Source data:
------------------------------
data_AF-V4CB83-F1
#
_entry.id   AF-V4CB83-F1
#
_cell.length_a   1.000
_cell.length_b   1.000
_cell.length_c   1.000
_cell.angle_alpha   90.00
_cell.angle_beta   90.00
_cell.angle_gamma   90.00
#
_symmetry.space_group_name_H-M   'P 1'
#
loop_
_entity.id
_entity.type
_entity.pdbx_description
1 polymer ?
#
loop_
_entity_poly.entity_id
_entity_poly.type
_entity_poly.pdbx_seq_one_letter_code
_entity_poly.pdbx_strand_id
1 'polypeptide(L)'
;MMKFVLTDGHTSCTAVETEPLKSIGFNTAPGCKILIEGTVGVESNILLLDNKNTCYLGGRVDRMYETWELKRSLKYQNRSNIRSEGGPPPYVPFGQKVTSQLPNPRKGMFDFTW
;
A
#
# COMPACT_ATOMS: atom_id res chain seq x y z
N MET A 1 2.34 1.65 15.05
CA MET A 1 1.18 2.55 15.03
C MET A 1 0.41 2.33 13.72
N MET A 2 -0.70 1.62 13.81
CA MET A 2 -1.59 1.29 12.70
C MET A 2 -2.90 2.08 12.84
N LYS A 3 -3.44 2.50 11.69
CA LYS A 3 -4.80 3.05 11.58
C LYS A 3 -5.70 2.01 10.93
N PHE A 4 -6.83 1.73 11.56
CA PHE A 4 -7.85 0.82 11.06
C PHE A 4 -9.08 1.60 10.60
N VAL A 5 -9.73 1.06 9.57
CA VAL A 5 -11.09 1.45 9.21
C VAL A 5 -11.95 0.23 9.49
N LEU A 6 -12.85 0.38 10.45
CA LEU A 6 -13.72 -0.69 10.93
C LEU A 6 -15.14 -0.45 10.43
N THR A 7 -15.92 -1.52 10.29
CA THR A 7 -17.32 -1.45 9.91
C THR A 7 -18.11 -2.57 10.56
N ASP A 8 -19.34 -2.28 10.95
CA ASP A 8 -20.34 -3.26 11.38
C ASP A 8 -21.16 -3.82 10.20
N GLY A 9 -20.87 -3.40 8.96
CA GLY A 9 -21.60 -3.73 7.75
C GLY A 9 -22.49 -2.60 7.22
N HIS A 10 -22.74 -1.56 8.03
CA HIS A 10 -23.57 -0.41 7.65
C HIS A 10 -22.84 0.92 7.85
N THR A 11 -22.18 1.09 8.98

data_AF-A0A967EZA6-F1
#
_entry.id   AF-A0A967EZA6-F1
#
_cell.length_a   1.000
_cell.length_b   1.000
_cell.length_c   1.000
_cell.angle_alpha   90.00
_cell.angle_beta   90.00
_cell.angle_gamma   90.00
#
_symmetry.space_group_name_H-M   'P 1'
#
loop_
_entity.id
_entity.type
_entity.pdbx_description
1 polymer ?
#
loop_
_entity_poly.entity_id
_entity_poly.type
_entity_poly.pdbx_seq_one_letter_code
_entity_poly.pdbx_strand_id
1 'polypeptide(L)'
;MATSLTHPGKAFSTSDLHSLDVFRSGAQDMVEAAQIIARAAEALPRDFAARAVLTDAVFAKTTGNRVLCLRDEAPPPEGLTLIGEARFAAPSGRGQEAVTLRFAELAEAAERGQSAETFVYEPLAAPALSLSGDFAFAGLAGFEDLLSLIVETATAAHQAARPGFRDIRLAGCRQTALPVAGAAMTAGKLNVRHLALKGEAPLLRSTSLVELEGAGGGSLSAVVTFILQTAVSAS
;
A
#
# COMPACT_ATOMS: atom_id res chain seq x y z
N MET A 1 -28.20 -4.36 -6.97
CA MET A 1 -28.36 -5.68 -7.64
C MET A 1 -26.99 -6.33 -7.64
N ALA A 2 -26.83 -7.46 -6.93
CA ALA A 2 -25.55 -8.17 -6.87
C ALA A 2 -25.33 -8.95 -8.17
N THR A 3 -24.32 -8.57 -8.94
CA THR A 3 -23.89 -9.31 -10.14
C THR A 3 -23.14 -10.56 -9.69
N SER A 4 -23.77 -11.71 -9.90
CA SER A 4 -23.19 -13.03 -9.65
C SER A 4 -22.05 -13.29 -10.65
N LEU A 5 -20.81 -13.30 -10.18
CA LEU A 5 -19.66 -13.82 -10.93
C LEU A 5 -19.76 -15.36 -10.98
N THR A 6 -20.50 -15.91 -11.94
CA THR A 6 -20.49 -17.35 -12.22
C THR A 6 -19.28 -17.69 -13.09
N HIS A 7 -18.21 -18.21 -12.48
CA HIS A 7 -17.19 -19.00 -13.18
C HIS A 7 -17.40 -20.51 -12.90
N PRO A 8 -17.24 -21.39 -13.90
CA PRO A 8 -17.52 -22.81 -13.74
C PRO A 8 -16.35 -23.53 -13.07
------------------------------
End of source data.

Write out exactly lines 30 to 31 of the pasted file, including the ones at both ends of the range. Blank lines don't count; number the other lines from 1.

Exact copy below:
# COMPACT_ATOMS: atom_id res chain seq x y z
N MET A 1 2.34 1.65 15.05